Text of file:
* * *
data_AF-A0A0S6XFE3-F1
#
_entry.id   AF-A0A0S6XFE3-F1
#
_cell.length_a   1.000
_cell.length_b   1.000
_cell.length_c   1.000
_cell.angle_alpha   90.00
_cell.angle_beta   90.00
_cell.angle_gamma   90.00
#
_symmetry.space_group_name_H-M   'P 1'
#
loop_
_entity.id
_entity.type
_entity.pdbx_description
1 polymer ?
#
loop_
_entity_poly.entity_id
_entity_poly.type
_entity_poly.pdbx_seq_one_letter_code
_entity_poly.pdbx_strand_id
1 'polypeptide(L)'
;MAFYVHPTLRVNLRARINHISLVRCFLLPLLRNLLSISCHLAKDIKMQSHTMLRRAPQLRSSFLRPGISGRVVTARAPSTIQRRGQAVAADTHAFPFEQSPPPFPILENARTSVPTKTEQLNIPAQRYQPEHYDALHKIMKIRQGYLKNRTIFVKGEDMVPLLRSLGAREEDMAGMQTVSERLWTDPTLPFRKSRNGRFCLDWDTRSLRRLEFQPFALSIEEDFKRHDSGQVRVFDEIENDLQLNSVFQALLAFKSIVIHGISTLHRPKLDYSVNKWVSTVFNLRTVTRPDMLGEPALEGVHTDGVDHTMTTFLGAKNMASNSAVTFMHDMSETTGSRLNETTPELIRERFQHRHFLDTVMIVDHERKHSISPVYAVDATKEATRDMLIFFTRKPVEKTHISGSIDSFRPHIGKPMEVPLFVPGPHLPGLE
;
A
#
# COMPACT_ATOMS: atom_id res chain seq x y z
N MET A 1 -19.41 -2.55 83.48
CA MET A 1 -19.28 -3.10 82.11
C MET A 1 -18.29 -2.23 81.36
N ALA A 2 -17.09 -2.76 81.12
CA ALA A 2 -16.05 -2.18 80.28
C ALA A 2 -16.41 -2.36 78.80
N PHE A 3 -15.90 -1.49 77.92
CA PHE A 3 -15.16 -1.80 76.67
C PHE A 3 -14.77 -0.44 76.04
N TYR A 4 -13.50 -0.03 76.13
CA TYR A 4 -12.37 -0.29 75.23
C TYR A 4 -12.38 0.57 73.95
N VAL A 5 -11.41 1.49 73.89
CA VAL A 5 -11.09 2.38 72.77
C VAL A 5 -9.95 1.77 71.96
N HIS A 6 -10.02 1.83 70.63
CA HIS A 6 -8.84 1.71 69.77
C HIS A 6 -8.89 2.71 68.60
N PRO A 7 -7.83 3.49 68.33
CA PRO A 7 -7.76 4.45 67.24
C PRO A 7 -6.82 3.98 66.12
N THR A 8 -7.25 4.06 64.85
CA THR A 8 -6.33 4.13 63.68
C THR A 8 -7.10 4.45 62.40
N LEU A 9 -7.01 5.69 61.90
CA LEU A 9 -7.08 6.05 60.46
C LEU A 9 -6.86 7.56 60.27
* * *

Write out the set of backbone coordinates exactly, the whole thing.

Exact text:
data_AF-A0A0S6XFE3-F1
#
_entry.id   AF-A0A0S6XFE3-F1
#
_cell.length_a   1.000
_cell.length_b   1.000
_cell.length_c   1.000
_cell.angle_alpha   90.00
_cell.angle_beta   90.00
_cell.angle_gamma   90.00
#
_symmetry.space_group_name_H-M   'P 1'
#
loop_
_entity.id
_entity.type
_entity.pdbx_description
1 polymer ?
#
loop_
_entity_poly.entity_id
_entity_poly.type
_entity_poly.pdbx_seq_one_letter_code
_entity_poly.pdbx_strand_id
1 'polypeptide(L)'
;MAFYVHPTLRVNLRARINHISLVRCFLLPLLRNLLSISCHLAKDIKMQSHTMLRRAPQLRSSFLRPGISGRVVTARAPSTIQRRGQAVAADTHAFPFEQSPPPFPILENARTSVPTKTEQLNIPAQRYQPEHYDALHKIMKIRQGYLKNRTIFVKGEDMVPLLRSLGAREEDMAGMQTVSERLWTDPTLPFRKSRNGRFCLDWDTRSLRRLEFQPFALSIEEDFKRHDSGQVRVFDEIENDLQLNSVFQALLAFKSIVIHGISTLHRPKLDYSVNKWVSTVFNLRTVTRPDMLGEPALEGVHTDGVDHTMTTFLGAKNMASNSAVTFMHDMSETTGSRLNETTPELIRERFQHRHFLDTVMIVDHERKHSISPVYAVDATKEATRDMLIFFTRKPVEKTHISGSIDSFRPHIGKPMEVPLFVPGPHLPGLE
;
A
#
# COMPACT_ATOMS: atom_id res chain seq x y z
N MET A 1 -19.41 -2.55 83.48
CA MET A 1 -19.28 -3.10 82.11
C MET A 1 -18.29 -2.23 81.36
N ALA A 2 -17.09 -2.76 81.12
CA ALA A 2 -16.05 -2.18 80.28
C ALA A 2 -16.41 -2.36 78.80
N PHE A 3 -15.90 -1.49 77.92
CA PHE A 3 -15.16 -1.80 76.67
C PHE A 3 -14.77 -0.44 76.04
N TYR A 4 -13.50 -0.03 76.13
CA TYR A 4 -12.37 -0.29 75.23
C TYR A 4 -12.38 0.57 73.95
N VAL A 5 -11.41 1.49 73.89
CA VAL A 5 -11.09 2.38 72.77
C VAL A 5 -9.95 1.77 71.96
N HIS A 6 -10.02 1.83 70.63
CA HIS A 6 -8.84 1.71 69.77
C HIS A 6 -8.89 2.71 68.60
N PRO A 7 -7.83 3.49 68.33
CA PRO A 7 -7.76 4.45 67.24
C PRO A 7 -6.82 3.98 66.12
N THR A 8 -7.25 4.06 64.85
CA THR A 8 -6.33 4.13 63.68
C THR A 8 -7.10 4.45 62.40
N LEU A 9 -7.01 5.69 61.90
CA LEU A 9 -7.08 6.05 60.46
C LEU A 9 -6.86 7.56 60.27